Like the identifying marks on antique silver or pottery, I had hoped to find a collection of famous ownership seals against which I could compare this curiosity.

Forget me not? I'm trying not to, but so far this bergismeinnicht is proving rather forgettable.

Thursday, November 19, 2009

Ambiguous book covers

I found some interesting books on a recent bookscouting trip--some Western Americana, biography, poetry. But two stand out among the others merely because of their titles: Scouts in Bondage and Other Violations of Literary Propriety and Best Foot Forward.

I bought Scouts in Bondage for fun. It's a humorous look at books with unfortunate titles that could have used a bit more thoughtful editing. Some were innocent enough in their origins many decades ago, but the times have caught up with them and twisted the words into sexual inuendo and humorous ambiguities. Others were just poorly named to begin with.

English bookseller Michael Bell collected more than forty-five of these covers and presents them in facsimile in a 2006 publication from Simon & Schuster. More on these farther down.

I took a chance on Best Foot Forward for resale, though it didn't turn out to have much resale value. What I did discover, or snap to, after getting home with it is the questionable title. I had previously failed to see any continuance from the theme set forth in Scouts in Bondage.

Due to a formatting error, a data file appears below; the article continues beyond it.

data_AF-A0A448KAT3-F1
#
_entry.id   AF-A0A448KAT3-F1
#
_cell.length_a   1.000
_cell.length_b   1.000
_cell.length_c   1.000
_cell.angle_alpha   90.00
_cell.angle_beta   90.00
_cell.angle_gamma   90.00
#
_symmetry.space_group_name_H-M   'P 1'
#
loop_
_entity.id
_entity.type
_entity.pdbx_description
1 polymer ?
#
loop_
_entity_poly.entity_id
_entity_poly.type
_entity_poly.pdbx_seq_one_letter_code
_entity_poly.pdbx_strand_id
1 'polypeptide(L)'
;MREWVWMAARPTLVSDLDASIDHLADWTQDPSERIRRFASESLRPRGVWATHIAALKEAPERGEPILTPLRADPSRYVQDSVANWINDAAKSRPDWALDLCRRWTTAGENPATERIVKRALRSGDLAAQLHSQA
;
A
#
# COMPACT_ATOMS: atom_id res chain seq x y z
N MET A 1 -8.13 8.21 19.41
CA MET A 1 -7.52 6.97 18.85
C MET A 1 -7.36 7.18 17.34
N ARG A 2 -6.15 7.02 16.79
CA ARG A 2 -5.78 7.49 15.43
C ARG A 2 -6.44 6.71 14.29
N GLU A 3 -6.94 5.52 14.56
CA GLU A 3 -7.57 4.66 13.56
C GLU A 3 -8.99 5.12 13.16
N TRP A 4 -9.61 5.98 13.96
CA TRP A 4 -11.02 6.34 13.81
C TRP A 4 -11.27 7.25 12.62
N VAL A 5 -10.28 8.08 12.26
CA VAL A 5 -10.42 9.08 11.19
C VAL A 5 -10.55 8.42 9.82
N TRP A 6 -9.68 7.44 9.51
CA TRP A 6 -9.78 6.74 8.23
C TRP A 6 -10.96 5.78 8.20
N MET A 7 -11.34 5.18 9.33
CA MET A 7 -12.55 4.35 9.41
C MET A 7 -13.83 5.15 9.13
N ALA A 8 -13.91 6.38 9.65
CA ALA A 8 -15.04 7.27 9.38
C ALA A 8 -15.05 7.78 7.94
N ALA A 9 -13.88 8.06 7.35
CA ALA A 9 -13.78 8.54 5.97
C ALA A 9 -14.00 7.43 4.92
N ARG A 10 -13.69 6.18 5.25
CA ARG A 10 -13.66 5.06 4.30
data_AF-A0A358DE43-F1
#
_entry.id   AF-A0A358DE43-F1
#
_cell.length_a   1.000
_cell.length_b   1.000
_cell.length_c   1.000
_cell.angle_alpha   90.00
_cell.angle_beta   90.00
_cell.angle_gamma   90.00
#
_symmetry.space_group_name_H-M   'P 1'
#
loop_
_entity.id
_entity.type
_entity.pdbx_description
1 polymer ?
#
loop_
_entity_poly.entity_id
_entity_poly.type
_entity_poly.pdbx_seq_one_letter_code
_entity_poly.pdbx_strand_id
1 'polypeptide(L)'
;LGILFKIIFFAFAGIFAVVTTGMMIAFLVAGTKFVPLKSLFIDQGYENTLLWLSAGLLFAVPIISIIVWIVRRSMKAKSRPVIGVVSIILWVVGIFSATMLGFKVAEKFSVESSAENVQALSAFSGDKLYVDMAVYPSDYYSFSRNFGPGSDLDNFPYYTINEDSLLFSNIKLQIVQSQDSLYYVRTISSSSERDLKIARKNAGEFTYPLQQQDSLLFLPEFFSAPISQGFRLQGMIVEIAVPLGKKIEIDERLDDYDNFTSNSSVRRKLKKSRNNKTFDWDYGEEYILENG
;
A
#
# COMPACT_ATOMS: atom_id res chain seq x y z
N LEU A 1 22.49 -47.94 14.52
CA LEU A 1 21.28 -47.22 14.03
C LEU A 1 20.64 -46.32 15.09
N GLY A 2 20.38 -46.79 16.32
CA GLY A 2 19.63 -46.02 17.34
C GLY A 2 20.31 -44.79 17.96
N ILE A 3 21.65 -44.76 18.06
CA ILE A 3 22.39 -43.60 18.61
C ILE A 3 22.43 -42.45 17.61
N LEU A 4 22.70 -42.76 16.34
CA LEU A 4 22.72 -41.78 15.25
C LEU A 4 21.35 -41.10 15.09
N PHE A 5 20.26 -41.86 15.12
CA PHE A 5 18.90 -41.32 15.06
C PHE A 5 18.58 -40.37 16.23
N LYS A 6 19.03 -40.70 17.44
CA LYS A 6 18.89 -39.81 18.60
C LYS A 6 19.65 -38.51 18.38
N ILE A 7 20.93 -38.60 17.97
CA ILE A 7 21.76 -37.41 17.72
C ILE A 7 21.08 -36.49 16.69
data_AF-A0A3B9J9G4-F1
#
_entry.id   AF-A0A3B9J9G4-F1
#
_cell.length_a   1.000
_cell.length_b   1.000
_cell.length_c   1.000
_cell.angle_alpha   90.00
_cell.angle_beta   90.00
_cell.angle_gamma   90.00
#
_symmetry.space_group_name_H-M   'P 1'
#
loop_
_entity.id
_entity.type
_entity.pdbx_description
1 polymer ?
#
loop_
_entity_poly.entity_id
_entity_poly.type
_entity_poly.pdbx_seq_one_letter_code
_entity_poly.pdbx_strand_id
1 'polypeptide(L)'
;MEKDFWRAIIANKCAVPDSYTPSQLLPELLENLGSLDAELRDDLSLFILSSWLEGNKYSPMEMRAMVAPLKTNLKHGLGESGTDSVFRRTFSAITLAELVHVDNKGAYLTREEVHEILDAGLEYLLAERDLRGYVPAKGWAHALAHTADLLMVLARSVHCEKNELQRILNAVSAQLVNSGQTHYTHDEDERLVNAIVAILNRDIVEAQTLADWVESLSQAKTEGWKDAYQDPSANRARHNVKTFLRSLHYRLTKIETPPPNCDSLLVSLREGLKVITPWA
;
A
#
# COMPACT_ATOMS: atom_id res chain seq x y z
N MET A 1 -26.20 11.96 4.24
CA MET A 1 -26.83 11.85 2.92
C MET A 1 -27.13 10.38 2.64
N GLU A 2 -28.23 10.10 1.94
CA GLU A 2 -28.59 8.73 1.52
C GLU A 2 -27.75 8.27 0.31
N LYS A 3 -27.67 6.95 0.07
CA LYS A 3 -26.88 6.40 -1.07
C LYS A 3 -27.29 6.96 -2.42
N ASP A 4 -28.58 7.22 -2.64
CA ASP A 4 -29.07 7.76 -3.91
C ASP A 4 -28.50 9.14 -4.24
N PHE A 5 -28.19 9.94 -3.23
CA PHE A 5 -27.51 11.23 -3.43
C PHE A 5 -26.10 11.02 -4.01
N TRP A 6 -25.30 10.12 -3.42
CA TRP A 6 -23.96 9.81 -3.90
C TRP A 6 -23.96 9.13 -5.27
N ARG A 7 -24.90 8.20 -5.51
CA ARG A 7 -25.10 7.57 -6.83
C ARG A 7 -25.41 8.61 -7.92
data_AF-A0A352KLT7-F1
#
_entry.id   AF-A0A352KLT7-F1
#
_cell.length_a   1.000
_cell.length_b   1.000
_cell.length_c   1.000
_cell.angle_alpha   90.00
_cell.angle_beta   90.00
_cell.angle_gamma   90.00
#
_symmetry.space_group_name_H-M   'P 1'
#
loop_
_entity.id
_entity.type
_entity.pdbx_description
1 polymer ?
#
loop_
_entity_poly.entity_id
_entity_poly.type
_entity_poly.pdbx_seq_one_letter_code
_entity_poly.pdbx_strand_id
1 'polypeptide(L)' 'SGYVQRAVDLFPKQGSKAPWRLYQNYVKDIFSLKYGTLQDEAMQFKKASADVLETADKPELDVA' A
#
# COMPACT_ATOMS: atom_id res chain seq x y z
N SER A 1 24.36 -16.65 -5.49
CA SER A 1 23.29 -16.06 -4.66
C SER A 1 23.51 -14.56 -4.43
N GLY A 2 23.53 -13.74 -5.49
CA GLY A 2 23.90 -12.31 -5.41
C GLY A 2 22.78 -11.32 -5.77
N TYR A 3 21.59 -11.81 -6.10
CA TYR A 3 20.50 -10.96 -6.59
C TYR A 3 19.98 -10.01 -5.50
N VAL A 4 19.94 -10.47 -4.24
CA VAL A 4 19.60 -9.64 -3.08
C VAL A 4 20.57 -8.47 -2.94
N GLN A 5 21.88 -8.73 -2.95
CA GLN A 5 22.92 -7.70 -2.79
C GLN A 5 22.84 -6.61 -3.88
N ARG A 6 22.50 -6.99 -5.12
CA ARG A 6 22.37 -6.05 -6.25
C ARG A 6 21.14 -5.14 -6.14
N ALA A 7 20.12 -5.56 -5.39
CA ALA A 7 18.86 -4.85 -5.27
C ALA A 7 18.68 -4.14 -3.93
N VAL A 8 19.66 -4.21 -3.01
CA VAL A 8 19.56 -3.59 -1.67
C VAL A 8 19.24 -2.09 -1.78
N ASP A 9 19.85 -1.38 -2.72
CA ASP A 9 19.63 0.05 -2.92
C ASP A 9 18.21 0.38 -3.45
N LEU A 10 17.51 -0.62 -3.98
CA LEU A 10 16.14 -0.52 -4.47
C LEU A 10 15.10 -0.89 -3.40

I got disconnected from the book's title while reading about the subject of the book. It's all about a young man who overcame adversity to serve in World War II as a decorated pilot and later became a successful businessman. All this after losing both his legs in a flying accident!

Metaphors aside, for a story about a man with no legs, is Best Foot Forward really the best title to give this book?

Returning to the Scouts in Bondage book, following are images of some of the titles that make you chuckle, raise your eyebrows, or go hmmm...

Click the image for a larger view.

The Book of Blank Maps must have been created for travelers who like a challenge, I guess...

This author's name evokes images of a snickering Beavis and Butt-head.

The book's title cover.

The Girl Guide Knot Book. Hmmm... A companion volume to the one above?

Friday, October 30, 2009

Don't judge a Dorothy Parker by her cover

If you were at a book sale and saw this book on the table amid hundreds of other books, would you look twice at it?

The old adage about not judging a book by its cover must have been reverberating through my subconscious the other day when I came across the book above, a soiled, jacketless specimen with a splitting spine.

I about passed it over, but saw the author's name, Dorothy Parker, and, being a fan of her wit and writing, I decided to give it a courtesy look. I didn't have this particular title of hers and wanted to browse its contents. I could always buy a decent copy if I liked it. The book is After Such Pleasures, second printing from Viking, 1933, a short story collection that includes her O. Henry award winner, Big Blonde.

But I was in for quite a shock when I opened the book.

Signed copies of her books are scarce, even more so for this title. For the price of a junk book, I brought it home to research the mystery surrounding the inscription.

Parker inscribed the book:
"To Helen DeWitt-- Who was so darn nice to me-- Gratefully, Dorothy Parker Presbyterian Hospital January 16- (I think)"